First time she’s used an excuse.

She wore them on our next walk and the whole of Sharpness agreed they were in a bad shape, especially when she pointed at them and pulled bits off to make things worse.

Bumped into a guy and asked him about his pride and joy – this ex RN Pinnace.
She’s about 100 years old, originally in steam and linked to owners in France and Belgium but nothing is known of her first 30 years.
He’s hoping someone will be able to shed light on her early years or indeed her time on the continent. He thinks that she is the only survivor of her kind.
ex RN pinnace

Talking of boats and ships we stopped off at the Purton Hulks on our way north on Wednesday.

Some of the Purton Hulks were barges built during WW2 (1941-ish) using ferro-cement because steel was in short supply. They were typically 84 feet long by 22 feet wide, grossing 332 tons and most were scuppered on the foreshore by the time they were 20 years old.
purton hulks

Having just read a book that touches on the subject of ferro-cement vessels I think I can understand why they had such a short life.

R.W Chandler (“Sparks at Sea”) writes about his first ferro-concrete coaster, the Lady Wolmer.
At 1883 tons she took her maiden voyage in 1941 from Newport to Barry, S.Wales to load coal for Devonport dockyard.

“Going through the dock gates in Barry, we hit the wall. A steel ship would not have noticed it but the Lady Wolmer gave a horrible crumbling sound”.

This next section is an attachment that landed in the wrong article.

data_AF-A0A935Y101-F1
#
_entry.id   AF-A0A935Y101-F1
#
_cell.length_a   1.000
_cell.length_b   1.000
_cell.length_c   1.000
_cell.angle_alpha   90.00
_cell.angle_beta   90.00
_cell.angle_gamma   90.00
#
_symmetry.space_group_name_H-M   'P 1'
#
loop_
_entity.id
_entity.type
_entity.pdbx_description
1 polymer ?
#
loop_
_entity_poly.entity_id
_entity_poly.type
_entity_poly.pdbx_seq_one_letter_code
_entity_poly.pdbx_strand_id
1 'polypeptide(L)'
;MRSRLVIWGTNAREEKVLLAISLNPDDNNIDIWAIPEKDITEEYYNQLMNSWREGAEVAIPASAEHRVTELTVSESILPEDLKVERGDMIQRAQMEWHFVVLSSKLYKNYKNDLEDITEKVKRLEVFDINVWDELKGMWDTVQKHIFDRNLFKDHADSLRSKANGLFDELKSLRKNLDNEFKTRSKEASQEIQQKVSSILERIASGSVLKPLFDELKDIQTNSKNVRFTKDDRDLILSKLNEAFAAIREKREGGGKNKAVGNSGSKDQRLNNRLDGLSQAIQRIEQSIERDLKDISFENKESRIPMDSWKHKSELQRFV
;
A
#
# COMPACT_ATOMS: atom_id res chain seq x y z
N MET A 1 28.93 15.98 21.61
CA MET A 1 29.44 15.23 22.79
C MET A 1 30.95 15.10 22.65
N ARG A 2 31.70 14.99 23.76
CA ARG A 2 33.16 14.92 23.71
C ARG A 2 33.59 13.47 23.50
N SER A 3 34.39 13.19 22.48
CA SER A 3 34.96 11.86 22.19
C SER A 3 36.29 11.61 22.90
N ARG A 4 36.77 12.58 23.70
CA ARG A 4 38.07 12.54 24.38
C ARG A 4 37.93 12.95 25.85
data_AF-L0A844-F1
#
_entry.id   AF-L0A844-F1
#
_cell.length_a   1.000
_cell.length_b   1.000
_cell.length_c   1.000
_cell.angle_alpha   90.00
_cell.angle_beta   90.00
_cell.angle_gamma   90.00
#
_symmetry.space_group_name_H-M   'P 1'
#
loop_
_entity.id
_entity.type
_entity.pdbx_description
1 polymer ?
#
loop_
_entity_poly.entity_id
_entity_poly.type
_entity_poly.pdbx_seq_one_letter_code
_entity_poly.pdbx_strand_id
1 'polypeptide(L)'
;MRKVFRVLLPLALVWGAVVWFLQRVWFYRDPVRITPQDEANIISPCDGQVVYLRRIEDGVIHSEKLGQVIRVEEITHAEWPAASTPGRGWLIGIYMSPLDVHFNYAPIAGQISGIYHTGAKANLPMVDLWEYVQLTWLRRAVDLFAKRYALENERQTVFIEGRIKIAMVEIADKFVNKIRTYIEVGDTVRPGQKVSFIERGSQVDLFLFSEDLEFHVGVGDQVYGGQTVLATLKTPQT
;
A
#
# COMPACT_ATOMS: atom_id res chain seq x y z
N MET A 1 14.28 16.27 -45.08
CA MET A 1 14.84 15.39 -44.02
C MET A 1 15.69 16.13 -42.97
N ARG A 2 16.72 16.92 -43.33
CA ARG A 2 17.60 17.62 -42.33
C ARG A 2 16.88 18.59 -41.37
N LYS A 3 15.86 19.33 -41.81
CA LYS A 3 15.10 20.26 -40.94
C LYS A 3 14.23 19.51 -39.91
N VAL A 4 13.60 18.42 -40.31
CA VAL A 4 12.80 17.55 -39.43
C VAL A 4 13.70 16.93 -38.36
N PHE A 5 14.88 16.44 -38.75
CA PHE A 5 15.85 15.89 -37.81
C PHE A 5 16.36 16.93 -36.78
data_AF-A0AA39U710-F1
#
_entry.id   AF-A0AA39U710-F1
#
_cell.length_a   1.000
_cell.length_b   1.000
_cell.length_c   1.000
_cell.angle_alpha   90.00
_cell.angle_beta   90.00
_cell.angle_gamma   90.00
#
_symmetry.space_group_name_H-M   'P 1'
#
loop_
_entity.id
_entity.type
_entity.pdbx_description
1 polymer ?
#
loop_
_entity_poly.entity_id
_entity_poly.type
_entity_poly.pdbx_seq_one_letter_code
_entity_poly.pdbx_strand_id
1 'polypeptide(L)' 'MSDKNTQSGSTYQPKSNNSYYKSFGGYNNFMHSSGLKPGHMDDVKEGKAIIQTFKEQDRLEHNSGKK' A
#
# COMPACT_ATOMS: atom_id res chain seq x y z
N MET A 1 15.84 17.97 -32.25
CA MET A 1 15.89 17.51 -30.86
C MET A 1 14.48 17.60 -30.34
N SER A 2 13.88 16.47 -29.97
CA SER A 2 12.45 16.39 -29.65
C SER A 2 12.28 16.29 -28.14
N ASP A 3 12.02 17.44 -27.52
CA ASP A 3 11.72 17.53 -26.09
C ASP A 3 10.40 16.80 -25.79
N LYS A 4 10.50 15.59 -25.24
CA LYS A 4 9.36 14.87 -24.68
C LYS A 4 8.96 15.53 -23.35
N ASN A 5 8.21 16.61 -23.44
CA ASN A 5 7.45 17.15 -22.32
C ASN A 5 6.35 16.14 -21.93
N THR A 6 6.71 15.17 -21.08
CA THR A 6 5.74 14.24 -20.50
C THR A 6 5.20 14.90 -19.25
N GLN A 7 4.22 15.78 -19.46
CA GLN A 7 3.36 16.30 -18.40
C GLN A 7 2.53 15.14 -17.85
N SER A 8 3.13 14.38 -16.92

The dock pilot was somewhat surprised, being unaware that “he was handling the first of a long line of concrete coasters”.
Examination revealed a hole where a large section of concrete had crumbled away, leaving steel reinforcing rods open to the elements. Progress around the coast was slow because they were continually being held up for repairs to the concrete after touching dock walls.

Now I know why the hulks on the Severn had huge timber strakes protecting the bow.

But these aren’t the hulks we used to visit when we were kids, I remember wooden hulks possibly trows, not concrete barges. Were these further down the Severn?

There’s so much to see and learn along this canal, it’s hard to know where to stop.
The Severn Rail Bridge has to be mentioned because of its sad history.
I’ll leave that to you to research but just to say it’s disappearing fast, in fact this last remaining bridge arch will be gone by tomorrow.
Severn Rail Bridge

Thursday to Sunday saw us motor up to Gloucester to get a well earned rest on the wall at Sainsburys (right next to another blogger nb.Oakfield as it happens).

When my ship comes in I’ll be looking for one of these monsters.
She’ll have room inside for everything including my full size snooker table.
big one

Gloucester makes an ideal meeting place. Tim and Marion and Tim’s sister Celia called in on their way through which was great. We made a start on catching up on ten year’s news. This was the umpteenth attempt at getting us all in the picture and I forgot to smile. Nothing to do with my false teeth.

We also met up with Derek and Sheila taking nb.Clarence for a night up the town. I’m looking forward to hearing about their guest’s experiences of narrowboating in Europe.

We did the boat museum one morning, which was interesting, but I wasn’t overwhelmed by the exhibits. However, they do run a brilliant video showing lighters running from Avonmouth to the Sharpness and Gloucester Canal.

Here’s a piece of useless information. Did you know that the first narrow working boats in this part of the world were called long-boats and not narrow boats?
So perhaps one shouldn’t give quizzical looks to towpath walkers when they ask about living in a long boat.